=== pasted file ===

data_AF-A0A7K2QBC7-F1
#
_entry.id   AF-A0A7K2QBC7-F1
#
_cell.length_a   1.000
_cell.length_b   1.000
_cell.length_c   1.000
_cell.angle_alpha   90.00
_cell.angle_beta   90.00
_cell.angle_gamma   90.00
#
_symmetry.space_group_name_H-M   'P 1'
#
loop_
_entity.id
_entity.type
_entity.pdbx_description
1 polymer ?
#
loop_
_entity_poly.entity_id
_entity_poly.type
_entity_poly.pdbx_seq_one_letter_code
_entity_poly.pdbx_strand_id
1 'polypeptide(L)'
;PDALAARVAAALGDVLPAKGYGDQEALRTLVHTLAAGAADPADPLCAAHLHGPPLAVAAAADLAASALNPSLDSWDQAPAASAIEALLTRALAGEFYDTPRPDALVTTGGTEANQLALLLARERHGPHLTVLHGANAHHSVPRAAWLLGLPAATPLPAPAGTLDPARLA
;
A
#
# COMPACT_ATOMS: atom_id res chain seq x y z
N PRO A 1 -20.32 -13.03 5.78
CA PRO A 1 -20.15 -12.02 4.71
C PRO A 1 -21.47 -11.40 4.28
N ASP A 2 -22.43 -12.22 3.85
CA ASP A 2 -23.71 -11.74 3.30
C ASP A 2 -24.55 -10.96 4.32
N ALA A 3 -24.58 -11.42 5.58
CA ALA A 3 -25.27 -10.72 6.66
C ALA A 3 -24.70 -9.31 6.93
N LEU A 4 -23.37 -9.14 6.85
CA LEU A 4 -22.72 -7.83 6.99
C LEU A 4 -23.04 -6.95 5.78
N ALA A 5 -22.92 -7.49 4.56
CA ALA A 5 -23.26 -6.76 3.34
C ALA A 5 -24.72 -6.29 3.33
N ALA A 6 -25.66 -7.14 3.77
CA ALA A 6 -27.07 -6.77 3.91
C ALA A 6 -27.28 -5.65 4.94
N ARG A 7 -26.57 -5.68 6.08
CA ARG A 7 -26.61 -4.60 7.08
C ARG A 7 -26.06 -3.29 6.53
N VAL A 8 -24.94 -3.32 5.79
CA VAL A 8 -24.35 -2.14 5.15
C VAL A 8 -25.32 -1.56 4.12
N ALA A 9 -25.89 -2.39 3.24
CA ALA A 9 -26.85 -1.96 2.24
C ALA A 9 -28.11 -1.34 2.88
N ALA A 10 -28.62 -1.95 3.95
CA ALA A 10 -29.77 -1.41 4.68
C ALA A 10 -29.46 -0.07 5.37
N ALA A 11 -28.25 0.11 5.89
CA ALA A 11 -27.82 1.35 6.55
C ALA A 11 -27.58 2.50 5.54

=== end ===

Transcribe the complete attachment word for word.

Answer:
data_AF-A0A7K2QBC7-F1
#
_entry.id   AF-A0A7K2QBC7-F1
#
_cell.length_a   1.000
_cell.length_b   1.000
_cell.length_c   1.000
_cell.angle_alpha   90.00
_cell.angle_beta   90.00
_cell.angle_gamma   90.00
#
_symmetry.space_group_name_H-M   'P 1'
#
loop_
_entity.id
_entity.type
_entity.pdbx_description
1 polymer ?
#
loop_
_entity_poly.entity_id
_entity_poly.type
_entity_poly.pdbx_seq_one_letter_code
_entity_poly.pdbx_strand_id
1 'polypeptide(L)'
;PDALAARVAAALGDVLPAKGYGDQEALRTLVHTLAAGAADPADPLCAAHLHGPPLAVAAAADLAASALNPSLDSWDQAPAASAIEALLTRALAGEFYDTPRPDALVTTGGTEANQLALLLARERHGPHLTVLHGANAHHSVPRAAWLLGLPAATPLPAPAGTLDPARLA
;
A
#
# COMPACT_ATOMS: atom_id res chain seq x y z
N PRO A 1 -20.32 -13.03 5.78
CA PRO A 1 -20.15 -12.02 4.71
C PRO A 1 -21.47 -11.40 4.28
N ASP A 2 -22.43 -12.22 3.85
CA ASP A 2 -23.71 -11.74 3.30
C ASP A 2 -24.55 -10.96 4.32
N ALA A 3 -24.58 -11.42 5.58
CA ALA A 3 -25.27 -10.72 6.66
C ALA A 3 -24.70 -9.31 6.93
N LEU A 4 -23.37 -9.14 6.85
CA LEU A 4 -22.72 -7.83 6.99
C LEU A 4 -23.04 -6.95 5.78
N ALA A 5 -22.92 -7.49 4.56
CA ALA A 5 -23.26 -6.76 3.34
C ALA A 5 -24.72 -6.29 3.33
N ALA A 6 -25.66 -7.14 3.77
CA ALA A 6 -27.07 -6.77 3.91
C ALA A 6 -27.28 -5.65 4.94
N ARG A 7 -26.57 -5.68 6.08
CA ARG A 7 -26.61 -4.60 7.08
C ARG A 7 -26.06 -3.29 6.53
N VAL A 8 -24.94 -3.32 5.79
CA VAL A 8 -24.35 -2.14 5.15
C VAL A 8 -25.32 -1.56 4.12
N ALA A 9 -25.89 -2.39 3.24
CA ALA A 9 -26.85 -1.96 2.24
C ALA A 9 -28.11 -1.34 2.88
N ALA A 10 -28.62 -1.95 3.95
CA ALA A 10 -29.77 -1.41 4.68
C ALA A 10 -29.46 -0.07 5.37
N ALA A 11 -28.25 0.11 5.89
CA ALA A 11 -27.82 1.35 6.55
C ALA A 11 -27.58 2.50 5.54